Watching and reporting about Hawaii from Washington Place to Washington, D.C.

4:21 p.m. Grant for Homeless Initiative

The Hawaii Community Stabilization Initiative, which represents nearly a dozen donors and foundations, is providing a one-year grant of $116,500 to the Abercrombie administration to address homelessness.

The grant, administered through the Hawaii Community Foundation, will be used for several proposed initiatives, including rapid housing and supportive services for people who are chronically homeless, and to develop a “housing first” project that focuses on permanent housing.

“Following Governor Abercrombie’s call for collaboration during these difficult times, the Hawaii Community Foundation has joined our concerted effort to end homelessness in Hawaii,” Marc Alexander said in a statement.

3:32 p.m. Hirono Calls for Warren Appointment

Mazie Hirono has announced that she has joined 87 of her colleagues in sending a letter to Barack Obama urging him to appoint Harvard Law School Professor Elizabeth Warren to lead the new Consumer Financial Protection Bureau.

The bureau was created under the 2010 Wall Street Reform and Consumer Protection Act.

In a statement, Hirono said:

“We need a strong voice advocating for consumers in Hawaii and across the country—that voice is Professor Warren’s. I met her last week and no one is a more forceful or articulate advocate for strong consumer protections. As a law professor she originated the idea of a single consumer watchdog agency with real teeth. Professor Warren has done a great job in starting up the new agency as an Assistant to Treasury Secretary Geithner. She deserves to be the Bureau’s first Director.”

Senate Republicans have opposed Warren’s appointment.

2:15 p.m. Social Services Budget Crisis on ‘Insights’

Dan Boylan‘s “Insights” on PBS tonight assesses the health of the state’s safety net for those who depend on social services agencies and nonprofit services.

A promo for the show states:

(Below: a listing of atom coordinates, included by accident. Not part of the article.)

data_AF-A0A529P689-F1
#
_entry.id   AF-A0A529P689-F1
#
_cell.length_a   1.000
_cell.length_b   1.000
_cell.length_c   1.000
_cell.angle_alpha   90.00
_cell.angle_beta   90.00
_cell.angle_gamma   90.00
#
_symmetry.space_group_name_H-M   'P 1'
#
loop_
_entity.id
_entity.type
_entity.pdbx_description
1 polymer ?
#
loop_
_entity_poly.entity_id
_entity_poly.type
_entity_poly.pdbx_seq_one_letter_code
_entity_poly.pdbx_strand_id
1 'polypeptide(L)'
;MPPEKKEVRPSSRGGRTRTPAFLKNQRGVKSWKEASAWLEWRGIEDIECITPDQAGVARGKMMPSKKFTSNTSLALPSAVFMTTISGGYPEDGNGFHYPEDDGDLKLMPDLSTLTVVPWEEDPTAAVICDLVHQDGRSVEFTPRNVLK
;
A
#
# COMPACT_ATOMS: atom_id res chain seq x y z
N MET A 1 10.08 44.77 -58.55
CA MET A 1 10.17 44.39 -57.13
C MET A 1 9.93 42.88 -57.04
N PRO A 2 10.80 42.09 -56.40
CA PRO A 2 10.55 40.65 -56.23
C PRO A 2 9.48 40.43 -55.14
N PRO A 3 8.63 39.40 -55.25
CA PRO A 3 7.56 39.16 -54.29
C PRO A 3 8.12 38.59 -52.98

Advocates for programs that include assistance to needy families, mental health support, the elderly and the prevention of domestic violence contend that the severe budget cuts are shortsighted without enough thought given to the long-term consequences.

The guests are Jan Dill, David Derauf, Jerry Rauckhorst and Alex Santiago.

11:39 a.m. Special Session for Legislature Still Possible

The governor has informed legislative leadership that the administration is waiting until the June 30 report on actual tax collections to determine whether a special session is necessary after all.

If the fiscal 2011 revenue shortfall is below -2.5 percent, a special session is unlikely; if the shortfall is greater than -2.5 percent, a special session is likely; and if the shortfall exceeds -3.5 percent, a special session is probable.

The May 26 Council on Revenue projection maintained the status quo, prompting the governor at that time to say a special session was not necessary.

Neighbor Isle Gov’t News

The Hawaii Tribune-Herald reports that, starting July 1, it will cost most people $1 to ride a Hele-On bus as Hawaii County ends more than six years of free islandwide transportation:

That’s the decision of the County Council, which voted 6-3 Wednesday to reverse its May 17 rejection of Mayor Billy Kenoi‘s fee proposal.